Finding the right cells may be the key to success. The earliest bioartificial-liver devices used liver cells from pigs to detoxify blood, but concerns over the possible transfer of porcine viruses to humans-unlikely as many researchers considered it to be-frightened investors and dried up financing for these projects. In March, investors pulled the plug on yet another bioartificial-liver company. San Diego-based Vitagen was in advanced clinical trials with a device employing cells cultured from a human liver tumor. These cells had been “immortalized,” meaning they could be multiplied ad infinitum-so they were easy to come by. There are risks attached to using tumor-derived cells, however, and more significantly, the cells had less-than-normal liver function. Nonetheless, the technology was showing promise in trials, which were halted by the company’s demise.
Normal human liver cells clearly would be preferable. Immortalized liver cells retain a youthful capacity for growth because they are frozen in an early stage of development, but as a consequence they have not attained some of their most important detoxification tricks. “Immortalized cells are blocked in their ability to mature, so their ability to support patients is minimal,” says Lola Reid of the University of North Carolina at Chapel Hill. Reid says that what is needed are young yet normal human cells, akin to Humes’s immature kidney cells, that can grow and develop to populate a bioartificial device. To that end, she is developing cell-handling methods to isolate and amplify immature liver cells from donor organs.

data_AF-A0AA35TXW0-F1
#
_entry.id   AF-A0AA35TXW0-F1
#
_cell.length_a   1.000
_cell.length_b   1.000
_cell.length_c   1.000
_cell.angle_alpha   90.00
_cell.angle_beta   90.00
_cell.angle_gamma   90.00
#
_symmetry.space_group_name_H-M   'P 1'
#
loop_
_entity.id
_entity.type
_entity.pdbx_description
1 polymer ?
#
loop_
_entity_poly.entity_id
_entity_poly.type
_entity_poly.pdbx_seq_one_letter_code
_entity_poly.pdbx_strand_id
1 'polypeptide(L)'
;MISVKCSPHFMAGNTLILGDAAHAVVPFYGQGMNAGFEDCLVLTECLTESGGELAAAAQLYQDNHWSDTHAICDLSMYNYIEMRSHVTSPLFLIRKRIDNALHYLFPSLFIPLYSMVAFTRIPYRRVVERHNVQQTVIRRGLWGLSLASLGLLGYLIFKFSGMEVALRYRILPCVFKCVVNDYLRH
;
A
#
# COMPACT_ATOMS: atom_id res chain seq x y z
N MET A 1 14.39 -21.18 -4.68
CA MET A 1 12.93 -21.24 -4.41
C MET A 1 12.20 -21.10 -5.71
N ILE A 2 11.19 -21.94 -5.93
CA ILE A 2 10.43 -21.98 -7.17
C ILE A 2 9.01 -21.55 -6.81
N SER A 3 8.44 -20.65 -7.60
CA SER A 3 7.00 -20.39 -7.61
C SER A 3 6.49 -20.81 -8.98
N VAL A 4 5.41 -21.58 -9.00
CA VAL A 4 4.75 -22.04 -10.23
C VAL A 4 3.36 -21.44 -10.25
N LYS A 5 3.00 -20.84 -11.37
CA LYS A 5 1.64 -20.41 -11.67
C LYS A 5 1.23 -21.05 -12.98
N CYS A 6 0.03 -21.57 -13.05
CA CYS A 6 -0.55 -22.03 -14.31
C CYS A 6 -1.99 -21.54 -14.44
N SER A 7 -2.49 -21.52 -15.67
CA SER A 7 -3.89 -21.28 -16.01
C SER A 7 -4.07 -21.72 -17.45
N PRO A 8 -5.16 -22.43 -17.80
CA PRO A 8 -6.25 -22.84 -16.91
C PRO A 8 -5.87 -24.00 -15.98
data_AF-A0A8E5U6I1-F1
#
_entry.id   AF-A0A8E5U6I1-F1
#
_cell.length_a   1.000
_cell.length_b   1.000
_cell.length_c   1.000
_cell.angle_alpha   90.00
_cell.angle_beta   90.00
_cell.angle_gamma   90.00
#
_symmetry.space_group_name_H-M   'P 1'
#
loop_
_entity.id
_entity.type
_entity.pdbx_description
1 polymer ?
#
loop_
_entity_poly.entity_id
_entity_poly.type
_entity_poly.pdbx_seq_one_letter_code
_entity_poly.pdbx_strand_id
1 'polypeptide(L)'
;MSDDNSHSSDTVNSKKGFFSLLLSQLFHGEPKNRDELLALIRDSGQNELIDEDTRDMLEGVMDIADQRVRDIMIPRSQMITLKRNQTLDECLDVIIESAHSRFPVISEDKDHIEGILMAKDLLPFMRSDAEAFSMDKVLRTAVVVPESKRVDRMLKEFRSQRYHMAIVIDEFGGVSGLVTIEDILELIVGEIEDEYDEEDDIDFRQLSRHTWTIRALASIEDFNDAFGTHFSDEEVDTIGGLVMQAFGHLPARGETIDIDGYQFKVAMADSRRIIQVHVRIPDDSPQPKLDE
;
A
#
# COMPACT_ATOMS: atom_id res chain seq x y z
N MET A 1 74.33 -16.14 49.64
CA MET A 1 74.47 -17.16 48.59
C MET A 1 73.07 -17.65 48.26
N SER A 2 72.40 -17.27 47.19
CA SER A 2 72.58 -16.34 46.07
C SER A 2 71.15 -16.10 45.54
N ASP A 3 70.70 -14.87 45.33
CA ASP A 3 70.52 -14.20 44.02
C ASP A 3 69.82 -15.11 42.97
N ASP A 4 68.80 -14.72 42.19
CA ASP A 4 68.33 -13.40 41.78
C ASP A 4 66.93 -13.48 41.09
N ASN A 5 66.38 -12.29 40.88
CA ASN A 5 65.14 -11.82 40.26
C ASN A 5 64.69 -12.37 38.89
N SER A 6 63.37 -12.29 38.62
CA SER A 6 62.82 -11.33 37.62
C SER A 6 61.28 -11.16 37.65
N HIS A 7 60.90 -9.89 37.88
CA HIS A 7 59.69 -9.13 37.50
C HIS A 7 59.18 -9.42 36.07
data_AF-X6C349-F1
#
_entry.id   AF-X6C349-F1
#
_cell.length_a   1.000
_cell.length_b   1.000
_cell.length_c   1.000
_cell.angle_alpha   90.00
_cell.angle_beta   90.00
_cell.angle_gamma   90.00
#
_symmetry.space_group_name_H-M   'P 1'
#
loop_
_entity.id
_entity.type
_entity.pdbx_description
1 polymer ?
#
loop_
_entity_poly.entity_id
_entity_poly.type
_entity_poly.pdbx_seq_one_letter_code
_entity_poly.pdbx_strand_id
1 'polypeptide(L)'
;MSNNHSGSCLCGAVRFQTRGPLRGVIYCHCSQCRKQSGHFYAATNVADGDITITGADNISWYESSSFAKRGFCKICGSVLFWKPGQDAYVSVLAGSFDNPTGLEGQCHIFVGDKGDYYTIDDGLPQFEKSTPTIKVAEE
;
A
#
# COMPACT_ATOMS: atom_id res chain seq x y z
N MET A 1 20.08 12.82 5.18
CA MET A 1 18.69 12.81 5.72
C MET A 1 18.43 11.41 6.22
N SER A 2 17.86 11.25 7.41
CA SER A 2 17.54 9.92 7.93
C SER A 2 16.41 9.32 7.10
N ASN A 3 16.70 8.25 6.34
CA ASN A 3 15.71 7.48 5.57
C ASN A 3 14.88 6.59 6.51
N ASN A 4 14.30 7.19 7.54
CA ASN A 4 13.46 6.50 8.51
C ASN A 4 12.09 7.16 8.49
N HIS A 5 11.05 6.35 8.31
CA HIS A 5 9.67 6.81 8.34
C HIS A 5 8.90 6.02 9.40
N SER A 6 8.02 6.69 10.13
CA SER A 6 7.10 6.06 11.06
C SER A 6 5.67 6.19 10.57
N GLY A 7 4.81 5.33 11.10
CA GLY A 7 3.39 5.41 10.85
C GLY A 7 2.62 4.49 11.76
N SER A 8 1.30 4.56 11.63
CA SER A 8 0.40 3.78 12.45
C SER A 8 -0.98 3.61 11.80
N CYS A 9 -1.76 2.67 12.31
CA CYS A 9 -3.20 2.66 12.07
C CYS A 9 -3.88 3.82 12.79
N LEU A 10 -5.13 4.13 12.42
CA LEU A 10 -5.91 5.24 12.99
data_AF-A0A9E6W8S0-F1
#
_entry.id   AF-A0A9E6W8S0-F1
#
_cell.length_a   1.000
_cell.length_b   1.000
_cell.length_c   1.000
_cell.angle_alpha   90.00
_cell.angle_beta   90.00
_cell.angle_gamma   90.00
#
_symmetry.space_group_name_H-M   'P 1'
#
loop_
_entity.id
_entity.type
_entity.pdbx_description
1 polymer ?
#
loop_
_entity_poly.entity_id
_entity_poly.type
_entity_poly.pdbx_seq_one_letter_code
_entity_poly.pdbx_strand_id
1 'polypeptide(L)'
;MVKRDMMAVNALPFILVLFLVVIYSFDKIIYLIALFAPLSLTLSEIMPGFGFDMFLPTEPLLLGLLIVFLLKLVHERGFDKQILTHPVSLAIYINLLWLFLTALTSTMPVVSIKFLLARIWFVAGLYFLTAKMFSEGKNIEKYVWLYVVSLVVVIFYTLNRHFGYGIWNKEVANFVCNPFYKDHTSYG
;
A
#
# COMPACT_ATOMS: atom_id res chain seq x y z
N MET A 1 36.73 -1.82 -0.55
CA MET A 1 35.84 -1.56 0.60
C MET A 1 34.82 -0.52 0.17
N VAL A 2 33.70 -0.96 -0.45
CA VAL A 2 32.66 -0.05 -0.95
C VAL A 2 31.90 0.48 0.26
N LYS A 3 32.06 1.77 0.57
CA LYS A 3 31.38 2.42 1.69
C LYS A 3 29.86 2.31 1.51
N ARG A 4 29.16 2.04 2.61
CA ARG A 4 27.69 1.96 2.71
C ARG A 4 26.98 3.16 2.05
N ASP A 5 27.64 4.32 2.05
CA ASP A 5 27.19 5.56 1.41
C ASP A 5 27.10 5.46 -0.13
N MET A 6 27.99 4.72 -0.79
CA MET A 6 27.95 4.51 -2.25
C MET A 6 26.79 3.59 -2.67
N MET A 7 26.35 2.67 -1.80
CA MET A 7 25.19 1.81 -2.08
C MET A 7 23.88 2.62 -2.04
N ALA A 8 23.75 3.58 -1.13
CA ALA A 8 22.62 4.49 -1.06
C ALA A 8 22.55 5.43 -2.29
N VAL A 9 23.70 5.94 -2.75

Improvements in device design will help deliver more metabolic firepower as well. Jrg Gerlach, who recently moved to the University of Pittsburgh’s McGowan Institute for Regenerative Medicine from Berlin’s Charit Institute for Transplantation and Organ Regeneration, has developed a bioartificial liver that employs three types of hollow fibers woven through human liver cells harvested from transplant rejects. One set of fibers delivers oxygen to the living cells, keeping them in metabolic overdrive, while the other two pump plasma respectively to and from the cells, a setup that resembles the natural architecture of the liver. “Our cells spontaneously reassemble into tissue structures. Under these circumstances, the human cells survive for more than two months,” says Gerlach, who has already initiated human tests of the device in Germany. Larger trials in the United States could begin within a year.